Babe Ruth Newsbeat
Tuesday, September 01, 2015
Thursday, August 06, 2015
Friday, June 26, 2015
New York Sun, June 26, 1915:
Babe Ruth and Slim Caldwell, generally known to the baseball fans as the greatest of home run [hitting] pitchers, were responsible for the easy victory chalked up by the Red Sox against the Yankees [in New York yesterday]. The Boston pitcher contributed to the home team’s triumph by hard hitting and fair pitching, while Caldwell’s portion was poor pitching.
In each of the series played by the Red Sox at the Polo Grounds this year Ruth has blown himself to a home run in the right field stands, the first coming on May 6 and the second on June 2…In the second inning, with one Boston Run in the book and two red hosed runners on the paths, Ruth hit one all the way over the fence near the right field bleachers. The drive goes on record as one of the longest ever made at Fenway Park. In the sixth inning Ruth almost got another circuit clout, but Cree had been waiting for this one and he caught it after backing to the fence.
Say, this Ruth guy is pretty good. Is it rash of me to suggest he might break Roger Connor’s career home run record some day?
Thursday, May 28, 2015
The 2012 edition of The Elias Book of Baseball Records states that Ruth holds the top AL mark in four seasons: 1920 (136 RBIs); 1921 (171); 1923 (131); and 1926 (151). This venerable record book is edited by long-time SABR member Seymour Siwoff, president of the Elias Sports Bureau, the official statisticians for Major League Baseball. Meanwhile, MLB.com, the official website for Major League Baseball, states that Ruth was first in RBIs in six AL seasons: 1919 (114 RBIs); 1920 (137); 1921 (171); 1923 (131); 1926 (146); and 1928 (142). The statistics presented on MLB.com are the responsibility of SABR member Cory Schwartz, Vice-President of MLB.com.
Something’s out of whack here: How can such disparate RBI statistics come from two official entities of Major League Baseball?
To address this situation I decided to ascertain the accurate RBI record of Babe Ruth for his entire major-league career (1914–35). The results of my comprehensive and in-depth research are provided in this article.
Posted: May 28, 2015 at 12:54 PM | 25 comment(s)
Saturday, May 23, 2015
Because RBIs were not considered an official statistic until 1920, there is some discrepancy as to how many RBIs Ruth should be credited with. However, Elias Sports Bureau, the statistician of Major League Baseball, has Ruth at 1,992 for his career.
bb-ref has Ruth at 2214 RBI. If you ignore everything before 1920, it becomes 1990 RBI. So it would seem that they’re ignoring everything before 1920 and have two extra RBI unaccounted for. Maybe they came from the same game as Ty Cobb’s two extra hits.
Friday, May 22, 2015
The Library of Congress opened its photo vault and unleashed these great Babe Ruth pics. (from si.com hot clicks)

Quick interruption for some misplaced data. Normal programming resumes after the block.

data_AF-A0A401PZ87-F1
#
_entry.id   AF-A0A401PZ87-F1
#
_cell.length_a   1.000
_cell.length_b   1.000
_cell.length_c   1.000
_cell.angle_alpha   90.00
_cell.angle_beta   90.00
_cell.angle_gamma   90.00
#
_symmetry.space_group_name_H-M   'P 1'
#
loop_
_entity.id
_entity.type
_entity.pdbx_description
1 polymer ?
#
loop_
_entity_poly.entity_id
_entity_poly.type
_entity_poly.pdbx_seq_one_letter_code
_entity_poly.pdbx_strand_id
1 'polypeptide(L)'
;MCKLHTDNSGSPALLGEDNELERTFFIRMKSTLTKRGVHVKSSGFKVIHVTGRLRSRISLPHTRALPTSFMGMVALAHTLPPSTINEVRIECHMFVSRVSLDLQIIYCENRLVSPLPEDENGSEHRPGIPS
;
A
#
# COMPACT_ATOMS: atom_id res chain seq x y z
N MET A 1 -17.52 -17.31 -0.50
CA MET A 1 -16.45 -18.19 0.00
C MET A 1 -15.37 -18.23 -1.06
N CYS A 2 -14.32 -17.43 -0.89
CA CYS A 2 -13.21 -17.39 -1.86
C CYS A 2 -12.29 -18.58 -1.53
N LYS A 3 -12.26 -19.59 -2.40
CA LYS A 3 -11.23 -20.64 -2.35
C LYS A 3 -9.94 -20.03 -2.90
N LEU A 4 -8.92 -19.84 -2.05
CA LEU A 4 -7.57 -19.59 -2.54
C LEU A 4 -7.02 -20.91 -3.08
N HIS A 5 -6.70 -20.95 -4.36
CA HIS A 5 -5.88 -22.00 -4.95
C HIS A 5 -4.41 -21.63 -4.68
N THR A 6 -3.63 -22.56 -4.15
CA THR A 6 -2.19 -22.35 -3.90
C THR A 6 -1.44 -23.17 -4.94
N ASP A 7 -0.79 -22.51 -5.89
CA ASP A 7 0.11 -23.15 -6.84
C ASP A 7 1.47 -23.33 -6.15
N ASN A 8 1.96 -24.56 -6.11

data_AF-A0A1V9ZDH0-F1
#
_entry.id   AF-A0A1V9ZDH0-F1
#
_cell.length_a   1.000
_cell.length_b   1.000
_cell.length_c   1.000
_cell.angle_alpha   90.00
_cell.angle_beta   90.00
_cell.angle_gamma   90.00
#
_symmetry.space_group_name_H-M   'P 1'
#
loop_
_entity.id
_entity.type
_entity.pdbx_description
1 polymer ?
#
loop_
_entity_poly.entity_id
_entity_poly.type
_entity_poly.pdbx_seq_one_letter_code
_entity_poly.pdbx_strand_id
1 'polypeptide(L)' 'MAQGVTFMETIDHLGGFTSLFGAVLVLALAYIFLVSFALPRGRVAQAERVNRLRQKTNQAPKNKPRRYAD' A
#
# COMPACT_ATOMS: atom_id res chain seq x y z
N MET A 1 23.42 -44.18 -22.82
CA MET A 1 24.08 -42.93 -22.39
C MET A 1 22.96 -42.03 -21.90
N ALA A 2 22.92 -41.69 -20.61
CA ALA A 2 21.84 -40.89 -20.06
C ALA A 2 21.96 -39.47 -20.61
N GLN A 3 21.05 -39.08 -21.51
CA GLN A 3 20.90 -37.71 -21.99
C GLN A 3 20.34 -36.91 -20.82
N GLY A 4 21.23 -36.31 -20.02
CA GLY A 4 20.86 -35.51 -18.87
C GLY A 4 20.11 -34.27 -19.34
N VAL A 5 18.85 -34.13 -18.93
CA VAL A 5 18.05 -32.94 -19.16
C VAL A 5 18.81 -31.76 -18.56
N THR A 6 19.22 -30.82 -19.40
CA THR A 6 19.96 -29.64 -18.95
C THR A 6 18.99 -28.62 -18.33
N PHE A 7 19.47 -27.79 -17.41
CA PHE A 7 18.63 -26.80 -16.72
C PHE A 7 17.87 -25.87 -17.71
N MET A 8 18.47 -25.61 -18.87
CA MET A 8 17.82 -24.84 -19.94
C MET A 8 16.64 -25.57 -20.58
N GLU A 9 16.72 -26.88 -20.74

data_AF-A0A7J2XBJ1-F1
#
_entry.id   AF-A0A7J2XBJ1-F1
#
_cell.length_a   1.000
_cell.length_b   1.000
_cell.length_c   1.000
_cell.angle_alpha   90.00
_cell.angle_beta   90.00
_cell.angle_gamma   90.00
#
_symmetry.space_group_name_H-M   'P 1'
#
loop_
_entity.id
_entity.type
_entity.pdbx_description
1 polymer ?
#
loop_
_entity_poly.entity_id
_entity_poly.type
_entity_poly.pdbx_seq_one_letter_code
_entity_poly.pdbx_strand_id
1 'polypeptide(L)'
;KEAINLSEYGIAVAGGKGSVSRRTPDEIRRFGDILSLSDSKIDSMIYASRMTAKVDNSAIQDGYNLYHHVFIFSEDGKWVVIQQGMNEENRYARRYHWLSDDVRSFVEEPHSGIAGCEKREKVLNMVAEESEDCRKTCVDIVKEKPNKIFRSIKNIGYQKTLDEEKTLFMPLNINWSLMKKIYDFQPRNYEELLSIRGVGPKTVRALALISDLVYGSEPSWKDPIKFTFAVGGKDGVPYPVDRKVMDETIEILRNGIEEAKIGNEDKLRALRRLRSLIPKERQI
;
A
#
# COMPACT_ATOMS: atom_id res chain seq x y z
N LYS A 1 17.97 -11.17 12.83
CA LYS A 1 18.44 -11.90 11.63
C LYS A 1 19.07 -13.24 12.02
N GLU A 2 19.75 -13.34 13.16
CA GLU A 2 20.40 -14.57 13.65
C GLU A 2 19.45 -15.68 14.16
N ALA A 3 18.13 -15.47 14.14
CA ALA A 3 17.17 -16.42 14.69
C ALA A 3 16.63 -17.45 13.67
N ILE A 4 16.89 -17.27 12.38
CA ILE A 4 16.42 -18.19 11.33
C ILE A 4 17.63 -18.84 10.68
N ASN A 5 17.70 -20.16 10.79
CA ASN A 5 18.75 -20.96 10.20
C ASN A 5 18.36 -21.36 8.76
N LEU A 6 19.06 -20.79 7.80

Posted: May 22, 2015 at 10:03 AM | 26 comment(s)
Thursday, May 07, 2015
Bridgeport Evening Farmer, May 7, 1915:
Those Yanks won another game up at the Polo Grounds yesterday, after fighting the Boston Red Sox tooth and nail for thirteen innings.
For Boston, the big left-handed pitcher, Babe Ruth, was all that a pitcher is supposed to be, and some more. He put his team into the running in the third inning by smashing a mighty rap into the upper tier of the right-field grandstand. Ruth also had two other hits to his credit. His pitching throughout was of high order, and it was only after the hardest kind of effort that the Yanks were able to break through his service.
It’s fitting that Ruth’s first career home run was an upper-deck shot, even if it was into the short porch in right at the Polo Grounds. Get used to this kid, old-timey folks, there are 713 more where that came from.
Wednesday, May 06, 2015
New York Evening World, May 6, 1915:
The Red Sox are here for the first time to-day and the shooting ought to be good. They have just shut out the Senators two games in succession, but are far behind their schedule of cinching the pennant before the Fourth of July. As yet they have not beaten our new Yanks.
This was the closest thing I could find to a preview of the May 6, 1915 Boston-New York game, a 13-inning affair with a pitching matchup that saw Yankee right hander Jack Warhop face off with a Boston rookie named George Ruth. Young Ruth had a memorable day, and it had nothing to do with him having a 12.1 inning complete game, a wild pitch, a hit batter, and an error in the same game.
Sunday, May 03, 2015
Friday night, Alex Rodriguez hit home run No. 660, tying Willie Mays to become No. 4 on the all-time list. Now he has his sights set on the Babe, at No. 3 with 714.
Which is quite the coincidence, since it was 100 years ago this May 6, at the Polo Grounds in Manhattan, that Babe Ruth hit his first major-league home run — against the Yankees.
Ruth, a burly young left-handed pitcher then playing for the Red Sox, was the first batter in the top of the third inning. He turned on the first pitch he saw from Jack Warhop and belted it into Seat 26, Section 3 of the right-field grandstand.
It was his 18th official at-bat and fifth hit since his major league debut on July 11, 1914. His previous four hits consisted of three doubles and one single, according to the Society for American Baseball Research.
Posted: May 03, 2015 at 09:13 AM | 49 comment(s)
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